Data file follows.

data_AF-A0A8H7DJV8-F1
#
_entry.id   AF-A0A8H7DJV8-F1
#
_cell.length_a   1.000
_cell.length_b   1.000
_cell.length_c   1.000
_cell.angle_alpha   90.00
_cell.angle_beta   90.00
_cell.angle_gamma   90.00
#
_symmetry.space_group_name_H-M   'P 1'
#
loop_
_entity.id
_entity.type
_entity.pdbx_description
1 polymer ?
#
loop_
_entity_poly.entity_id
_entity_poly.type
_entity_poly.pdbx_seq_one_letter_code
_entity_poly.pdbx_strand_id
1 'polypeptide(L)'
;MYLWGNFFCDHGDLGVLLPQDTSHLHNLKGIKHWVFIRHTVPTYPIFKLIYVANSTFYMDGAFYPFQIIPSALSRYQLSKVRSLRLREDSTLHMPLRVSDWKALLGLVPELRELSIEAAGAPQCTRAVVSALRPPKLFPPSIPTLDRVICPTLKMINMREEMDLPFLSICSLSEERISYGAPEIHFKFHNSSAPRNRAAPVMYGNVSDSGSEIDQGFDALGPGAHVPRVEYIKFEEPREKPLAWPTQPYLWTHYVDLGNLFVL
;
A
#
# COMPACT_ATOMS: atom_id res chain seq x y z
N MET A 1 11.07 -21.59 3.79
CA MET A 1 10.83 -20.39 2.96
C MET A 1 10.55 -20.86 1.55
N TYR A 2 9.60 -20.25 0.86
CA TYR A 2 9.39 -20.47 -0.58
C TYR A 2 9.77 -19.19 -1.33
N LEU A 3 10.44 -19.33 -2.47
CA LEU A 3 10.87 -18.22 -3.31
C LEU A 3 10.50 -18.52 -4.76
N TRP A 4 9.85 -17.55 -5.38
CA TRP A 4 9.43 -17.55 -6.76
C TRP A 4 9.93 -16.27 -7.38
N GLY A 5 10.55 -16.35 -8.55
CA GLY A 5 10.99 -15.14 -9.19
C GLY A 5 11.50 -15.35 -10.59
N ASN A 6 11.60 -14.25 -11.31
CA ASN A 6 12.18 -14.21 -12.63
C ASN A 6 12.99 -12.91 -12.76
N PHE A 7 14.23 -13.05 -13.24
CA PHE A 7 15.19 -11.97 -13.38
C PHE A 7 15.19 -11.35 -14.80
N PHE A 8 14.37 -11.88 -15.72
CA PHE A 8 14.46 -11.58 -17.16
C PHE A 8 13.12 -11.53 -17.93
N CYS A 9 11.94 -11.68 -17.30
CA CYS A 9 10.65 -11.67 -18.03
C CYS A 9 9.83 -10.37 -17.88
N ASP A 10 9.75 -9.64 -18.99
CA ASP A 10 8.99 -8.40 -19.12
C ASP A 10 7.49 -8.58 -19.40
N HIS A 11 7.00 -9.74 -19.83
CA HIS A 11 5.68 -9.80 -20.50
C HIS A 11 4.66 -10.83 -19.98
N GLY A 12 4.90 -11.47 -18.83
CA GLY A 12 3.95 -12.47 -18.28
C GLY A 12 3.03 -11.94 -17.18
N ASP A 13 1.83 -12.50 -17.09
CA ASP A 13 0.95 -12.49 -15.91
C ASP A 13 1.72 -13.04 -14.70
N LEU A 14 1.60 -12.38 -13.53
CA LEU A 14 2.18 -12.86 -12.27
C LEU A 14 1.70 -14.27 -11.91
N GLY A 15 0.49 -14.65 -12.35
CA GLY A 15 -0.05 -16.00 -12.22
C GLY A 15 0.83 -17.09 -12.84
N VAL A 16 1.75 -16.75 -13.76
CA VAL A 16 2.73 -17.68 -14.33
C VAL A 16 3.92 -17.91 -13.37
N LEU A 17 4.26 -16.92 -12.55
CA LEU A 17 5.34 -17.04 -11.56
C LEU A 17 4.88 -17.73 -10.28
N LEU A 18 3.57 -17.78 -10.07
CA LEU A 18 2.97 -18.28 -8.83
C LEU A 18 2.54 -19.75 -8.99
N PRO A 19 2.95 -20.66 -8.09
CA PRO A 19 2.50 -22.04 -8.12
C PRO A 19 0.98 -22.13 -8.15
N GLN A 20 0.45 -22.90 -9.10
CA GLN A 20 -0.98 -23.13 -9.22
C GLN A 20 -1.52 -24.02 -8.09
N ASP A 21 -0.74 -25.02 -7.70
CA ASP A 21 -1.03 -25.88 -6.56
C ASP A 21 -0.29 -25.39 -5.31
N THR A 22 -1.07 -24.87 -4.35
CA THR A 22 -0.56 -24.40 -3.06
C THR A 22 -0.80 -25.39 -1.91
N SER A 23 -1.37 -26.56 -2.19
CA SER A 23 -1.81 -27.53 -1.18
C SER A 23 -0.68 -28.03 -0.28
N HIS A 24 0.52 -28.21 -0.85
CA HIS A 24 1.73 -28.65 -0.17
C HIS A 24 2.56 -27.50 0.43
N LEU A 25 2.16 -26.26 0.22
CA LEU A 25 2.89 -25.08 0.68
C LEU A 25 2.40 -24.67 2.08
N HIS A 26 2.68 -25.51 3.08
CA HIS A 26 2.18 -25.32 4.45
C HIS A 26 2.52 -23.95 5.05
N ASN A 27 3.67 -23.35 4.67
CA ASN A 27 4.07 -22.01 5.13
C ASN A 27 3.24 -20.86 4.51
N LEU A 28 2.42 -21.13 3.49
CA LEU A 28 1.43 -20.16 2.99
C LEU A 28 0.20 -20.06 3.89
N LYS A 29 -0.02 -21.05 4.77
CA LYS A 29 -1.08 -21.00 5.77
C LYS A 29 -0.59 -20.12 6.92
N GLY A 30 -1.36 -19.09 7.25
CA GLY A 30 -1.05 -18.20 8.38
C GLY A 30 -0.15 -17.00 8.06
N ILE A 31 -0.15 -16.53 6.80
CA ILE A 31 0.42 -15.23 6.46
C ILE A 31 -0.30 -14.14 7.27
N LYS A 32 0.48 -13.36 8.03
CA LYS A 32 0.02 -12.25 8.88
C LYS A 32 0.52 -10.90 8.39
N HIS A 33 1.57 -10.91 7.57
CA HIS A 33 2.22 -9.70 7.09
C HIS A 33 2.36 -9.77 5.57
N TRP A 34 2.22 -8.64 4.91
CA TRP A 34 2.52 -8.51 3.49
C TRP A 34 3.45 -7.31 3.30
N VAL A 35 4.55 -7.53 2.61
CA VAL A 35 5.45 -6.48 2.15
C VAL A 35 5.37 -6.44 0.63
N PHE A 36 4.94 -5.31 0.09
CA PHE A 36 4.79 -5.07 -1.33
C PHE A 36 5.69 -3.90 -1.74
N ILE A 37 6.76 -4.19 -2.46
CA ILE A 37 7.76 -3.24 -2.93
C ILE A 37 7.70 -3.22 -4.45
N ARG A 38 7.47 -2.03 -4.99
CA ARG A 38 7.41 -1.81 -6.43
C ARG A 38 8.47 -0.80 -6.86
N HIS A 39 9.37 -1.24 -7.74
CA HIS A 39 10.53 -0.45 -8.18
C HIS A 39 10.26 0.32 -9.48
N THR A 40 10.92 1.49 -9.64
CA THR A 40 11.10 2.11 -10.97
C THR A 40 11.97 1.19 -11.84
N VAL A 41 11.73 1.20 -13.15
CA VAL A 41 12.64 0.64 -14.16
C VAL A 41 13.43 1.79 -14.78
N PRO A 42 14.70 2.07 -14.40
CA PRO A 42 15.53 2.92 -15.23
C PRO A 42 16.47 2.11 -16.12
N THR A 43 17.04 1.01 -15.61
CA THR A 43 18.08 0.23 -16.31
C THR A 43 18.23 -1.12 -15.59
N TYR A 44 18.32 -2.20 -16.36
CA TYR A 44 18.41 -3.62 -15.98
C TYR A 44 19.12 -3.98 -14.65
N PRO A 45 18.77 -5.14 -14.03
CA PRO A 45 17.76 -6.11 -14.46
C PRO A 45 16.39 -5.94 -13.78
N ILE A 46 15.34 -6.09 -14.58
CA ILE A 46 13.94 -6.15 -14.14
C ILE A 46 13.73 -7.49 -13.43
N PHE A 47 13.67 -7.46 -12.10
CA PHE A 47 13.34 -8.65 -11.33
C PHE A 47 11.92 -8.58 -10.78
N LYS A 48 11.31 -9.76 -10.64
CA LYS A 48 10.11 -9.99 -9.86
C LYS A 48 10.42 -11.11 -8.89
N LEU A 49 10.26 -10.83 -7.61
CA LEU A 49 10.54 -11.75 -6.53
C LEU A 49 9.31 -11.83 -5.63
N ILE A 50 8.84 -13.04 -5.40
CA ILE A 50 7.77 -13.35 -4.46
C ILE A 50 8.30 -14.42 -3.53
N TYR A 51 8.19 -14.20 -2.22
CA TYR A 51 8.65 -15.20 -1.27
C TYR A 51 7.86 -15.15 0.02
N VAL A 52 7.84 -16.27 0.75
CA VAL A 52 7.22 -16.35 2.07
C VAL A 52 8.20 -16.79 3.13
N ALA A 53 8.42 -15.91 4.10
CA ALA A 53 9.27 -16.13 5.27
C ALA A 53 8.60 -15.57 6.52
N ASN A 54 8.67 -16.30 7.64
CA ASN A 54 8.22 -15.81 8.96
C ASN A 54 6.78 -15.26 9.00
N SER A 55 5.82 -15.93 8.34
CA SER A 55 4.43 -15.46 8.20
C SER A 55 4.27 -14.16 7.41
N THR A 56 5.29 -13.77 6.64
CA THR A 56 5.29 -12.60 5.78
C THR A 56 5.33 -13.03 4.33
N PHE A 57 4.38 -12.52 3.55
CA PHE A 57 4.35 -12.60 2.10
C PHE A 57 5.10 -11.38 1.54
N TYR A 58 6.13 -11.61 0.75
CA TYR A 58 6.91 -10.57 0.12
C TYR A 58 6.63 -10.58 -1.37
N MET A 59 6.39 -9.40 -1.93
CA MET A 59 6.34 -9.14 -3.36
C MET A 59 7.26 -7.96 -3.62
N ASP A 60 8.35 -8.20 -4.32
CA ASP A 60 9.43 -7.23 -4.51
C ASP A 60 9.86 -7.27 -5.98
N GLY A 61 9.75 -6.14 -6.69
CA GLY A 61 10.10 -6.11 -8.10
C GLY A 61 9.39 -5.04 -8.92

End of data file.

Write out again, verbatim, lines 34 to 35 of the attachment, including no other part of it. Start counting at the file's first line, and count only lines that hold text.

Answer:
N TYR A 2 9.60 -20.25 0.86
CA TYR A 2 9.39 -20.47 -0.58